This article was contributed by Louise Southern of ASNC’s Clinical and Training Department.
I have worked in the field of autism intervention for 16 years in a variety of clinical and educational contexts. My current role within the Autism Society of North Carolina is centered on delivering workshops to parents and professionals and providing individualized consultation to parents, caregivers, professionals, and self-advocates.
As I reflect upon my experiences and as I consider what I must continue to aim to do going forward, here are a few things that I “know”:
1) A growing body of research has yielded identification of certain evidence-based practices in the field of autism intervention. For my entire career, I will be working to know more, to become more precise and fluent in the application of and training on best practices.
2) Parent-mediated interventions and parent involvement are identified as an “evidence-based” practice within the field. Within some intervention models, the parents are positioned as the primary interventionist, and the results of such interventions are quite promising. In my experience, I believe that parents and caregivers must be empowered to take the lead role within the intervention team. Truly partnering with parents to produce relevant and significant intervention outcomes means hearing their voices within a fluid exchange (“we teach each other,” not “I teach you”), and it means that they understand and “own” the intervention because it reflects their values, priorities, activities, and family structure and interaction patterns. As professionals, we must be so careful not to allow our own position and agenda as “consultant” or “expert” to overshadow the parent’s voice and perspective.
Further (and certainly), we must not eclipse the voice and values of the individual with autism. We may come into a situation “knowing” our stuff, but we also must enter the relationship ready to listen and to learn from the families we serve. Our approach cannot be to impose priorities and information onto families. I cannot start with what I know, but rather, must start with the individual with autism and his/her family – what they know and share. We build a more authentic and equal partnership and thereby a more solid “bridge” (i.e., the home-based intervention program, the behavior support plan, the Individualized Education Program, etc.) when we start there. I know for certain that I will be refining my own “bridge-building” skills for my entire career.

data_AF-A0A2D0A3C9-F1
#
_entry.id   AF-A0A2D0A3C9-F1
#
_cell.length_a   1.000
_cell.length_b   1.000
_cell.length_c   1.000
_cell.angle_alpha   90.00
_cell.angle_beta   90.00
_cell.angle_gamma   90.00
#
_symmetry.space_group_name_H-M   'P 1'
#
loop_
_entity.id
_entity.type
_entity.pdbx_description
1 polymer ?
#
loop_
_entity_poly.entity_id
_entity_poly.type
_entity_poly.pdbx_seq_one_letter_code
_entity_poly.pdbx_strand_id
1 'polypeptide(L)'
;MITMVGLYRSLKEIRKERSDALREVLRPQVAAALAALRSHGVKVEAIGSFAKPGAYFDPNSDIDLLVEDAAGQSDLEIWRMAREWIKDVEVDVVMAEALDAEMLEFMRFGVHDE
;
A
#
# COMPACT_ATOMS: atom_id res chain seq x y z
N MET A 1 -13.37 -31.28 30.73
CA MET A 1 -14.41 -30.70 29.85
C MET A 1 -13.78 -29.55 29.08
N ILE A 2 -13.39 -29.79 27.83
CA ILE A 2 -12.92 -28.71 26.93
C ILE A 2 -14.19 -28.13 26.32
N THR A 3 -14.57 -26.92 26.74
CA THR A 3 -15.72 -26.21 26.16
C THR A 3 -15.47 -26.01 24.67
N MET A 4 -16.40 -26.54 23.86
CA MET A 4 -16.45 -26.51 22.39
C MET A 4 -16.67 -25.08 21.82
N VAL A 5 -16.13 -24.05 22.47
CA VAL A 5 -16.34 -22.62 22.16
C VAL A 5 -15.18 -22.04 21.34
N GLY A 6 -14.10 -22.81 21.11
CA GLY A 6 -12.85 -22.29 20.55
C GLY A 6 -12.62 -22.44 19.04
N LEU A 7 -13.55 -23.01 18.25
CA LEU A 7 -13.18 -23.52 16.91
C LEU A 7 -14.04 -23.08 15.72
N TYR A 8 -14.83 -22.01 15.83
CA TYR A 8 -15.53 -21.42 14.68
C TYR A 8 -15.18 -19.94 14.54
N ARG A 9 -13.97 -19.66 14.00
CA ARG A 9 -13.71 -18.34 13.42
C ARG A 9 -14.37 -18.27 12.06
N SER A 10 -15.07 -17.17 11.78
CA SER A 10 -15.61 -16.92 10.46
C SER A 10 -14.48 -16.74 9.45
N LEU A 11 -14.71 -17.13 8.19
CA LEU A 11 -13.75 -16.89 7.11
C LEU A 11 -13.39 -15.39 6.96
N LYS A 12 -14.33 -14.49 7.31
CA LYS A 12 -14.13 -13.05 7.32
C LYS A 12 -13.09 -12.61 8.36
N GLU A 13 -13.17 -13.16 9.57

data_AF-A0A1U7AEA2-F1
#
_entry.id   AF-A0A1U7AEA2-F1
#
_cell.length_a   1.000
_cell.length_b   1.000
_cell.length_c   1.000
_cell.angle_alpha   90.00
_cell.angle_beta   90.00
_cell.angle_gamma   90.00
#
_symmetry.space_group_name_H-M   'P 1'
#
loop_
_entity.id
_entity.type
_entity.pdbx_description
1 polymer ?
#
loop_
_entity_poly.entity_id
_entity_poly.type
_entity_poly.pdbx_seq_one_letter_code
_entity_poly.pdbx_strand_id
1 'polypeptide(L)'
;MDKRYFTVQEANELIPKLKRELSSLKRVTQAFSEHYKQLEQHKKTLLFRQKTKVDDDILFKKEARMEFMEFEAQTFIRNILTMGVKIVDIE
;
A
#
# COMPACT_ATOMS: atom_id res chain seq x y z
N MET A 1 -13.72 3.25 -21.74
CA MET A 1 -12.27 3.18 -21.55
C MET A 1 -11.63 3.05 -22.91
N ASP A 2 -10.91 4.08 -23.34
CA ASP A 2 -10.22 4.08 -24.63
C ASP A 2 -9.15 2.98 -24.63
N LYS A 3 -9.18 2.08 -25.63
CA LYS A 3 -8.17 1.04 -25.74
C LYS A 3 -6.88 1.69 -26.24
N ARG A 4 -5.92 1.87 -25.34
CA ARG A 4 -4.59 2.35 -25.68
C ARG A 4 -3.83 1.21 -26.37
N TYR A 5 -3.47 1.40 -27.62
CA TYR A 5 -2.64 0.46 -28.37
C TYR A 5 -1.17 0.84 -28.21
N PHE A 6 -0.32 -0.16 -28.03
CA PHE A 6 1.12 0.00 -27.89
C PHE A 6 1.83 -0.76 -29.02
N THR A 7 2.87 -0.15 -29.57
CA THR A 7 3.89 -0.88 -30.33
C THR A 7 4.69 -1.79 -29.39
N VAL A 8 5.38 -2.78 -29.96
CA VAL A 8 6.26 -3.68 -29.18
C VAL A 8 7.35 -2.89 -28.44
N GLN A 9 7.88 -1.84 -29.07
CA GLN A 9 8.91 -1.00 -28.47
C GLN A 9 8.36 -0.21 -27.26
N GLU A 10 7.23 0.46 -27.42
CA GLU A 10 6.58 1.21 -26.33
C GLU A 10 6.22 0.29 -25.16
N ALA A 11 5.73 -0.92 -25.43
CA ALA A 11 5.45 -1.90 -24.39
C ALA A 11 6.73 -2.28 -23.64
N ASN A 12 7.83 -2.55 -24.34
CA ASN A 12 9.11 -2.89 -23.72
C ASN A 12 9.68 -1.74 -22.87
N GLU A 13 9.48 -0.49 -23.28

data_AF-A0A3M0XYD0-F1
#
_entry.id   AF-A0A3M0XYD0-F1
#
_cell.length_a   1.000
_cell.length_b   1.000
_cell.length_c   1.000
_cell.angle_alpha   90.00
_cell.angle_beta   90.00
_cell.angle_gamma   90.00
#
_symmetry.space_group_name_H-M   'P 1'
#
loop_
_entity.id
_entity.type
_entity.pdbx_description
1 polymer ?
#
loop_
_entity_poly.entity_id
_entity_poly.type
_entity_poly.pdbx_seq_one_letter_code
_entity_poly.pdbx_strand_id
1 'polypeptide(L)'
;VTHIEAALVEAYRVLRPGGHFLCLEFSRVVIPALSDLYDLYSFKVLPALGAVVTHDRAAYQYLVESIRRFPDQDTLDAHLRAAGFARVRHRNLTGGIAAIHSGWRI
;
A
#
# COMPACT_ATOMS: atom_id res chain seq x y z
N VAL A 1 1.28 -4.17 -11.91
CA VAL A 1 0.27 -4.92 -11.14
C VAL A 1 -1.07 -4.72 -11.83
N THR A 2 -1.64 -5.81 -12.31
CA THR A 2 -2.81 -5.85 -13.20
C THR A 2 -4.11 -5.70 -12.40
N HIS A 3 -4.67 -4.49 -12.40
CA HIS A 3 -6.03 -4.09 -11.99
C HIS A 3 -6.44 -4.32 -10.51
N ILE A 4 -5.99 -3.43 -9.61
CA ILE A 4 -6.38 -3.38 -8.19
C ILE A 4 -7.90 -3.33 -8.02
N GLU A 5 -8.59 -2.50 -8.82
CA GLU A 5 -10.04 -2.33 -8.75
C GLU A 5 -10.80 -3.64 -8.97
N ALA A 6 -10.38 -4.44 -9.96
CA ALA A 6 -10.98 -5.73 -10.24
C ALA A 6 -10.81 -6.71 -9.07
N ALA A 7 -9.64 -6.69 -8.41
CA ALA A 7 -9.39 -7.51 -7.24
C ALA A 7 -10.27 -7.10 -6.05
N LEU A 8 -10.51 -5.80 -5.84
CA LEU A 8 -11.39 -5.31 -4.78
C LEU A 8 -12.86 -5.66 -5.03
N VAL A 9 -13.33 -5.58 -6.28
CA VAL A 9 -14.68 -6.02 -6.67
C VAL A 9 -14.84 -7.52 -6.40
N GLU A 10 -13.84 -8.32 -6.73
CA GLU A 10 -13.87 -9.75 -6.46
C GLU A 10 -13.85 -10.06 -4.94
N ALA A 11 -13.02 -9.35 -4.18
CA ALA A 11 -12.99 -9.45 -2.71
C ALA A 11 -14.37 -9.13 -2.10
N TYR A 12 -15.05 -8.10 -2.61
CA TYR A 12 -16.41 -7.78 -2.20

As professionals, we identify goals and collect data that drives decision-making. Our goals are often framed in measurable and observable terms. While certainly important features of an intervention program, there are also other, less tangible objectives that we should also aim to achieve as we serve individuals with autism and their families. Here are but a few of those:
- The strategies and activities that I recommended naturally fit with what my clients do in their home and community, and what they value as a family.
- The challenging behaviors that we addressed were the behaviors of most concern to the family.
- The skills we worked to strengthen were the skills that were most important to the individual with autism and his or her family.
- The strategies that I recommended can be maintained by the family in the long term.
- The activities and strategies that I presented built upon the individual’s strengths, more so than weaknesses.
- I treated the parents or caregivers as equal partners in the intervention process.
- The goals we identified reflected the goals of the individual with autism and his or her family.
Louise Southern M.Ed., BCBA, a member of ASNC’s Clinical and Training Department, can be reached at firstname.lastname@example.org or 919-743-0204. ASNC’s Clinical and Training Department staff is composed of PhD and master’s-level licensed psychologists, Board Certified Behavior Analysts, and former special education teachers. We provide individualized intensive consultation using evidence-based practices to support children and adults across the spectrum in home, school, employment, residential, and other community-based contexts. We also deliver workshops to parents and professionals on a wide range of topics including but not limited to, strategies to prevent and respond to challenging behaviors, best practices in early intervention, functional communication training, and instructional strategies to support students with autism in special and general education contexts.
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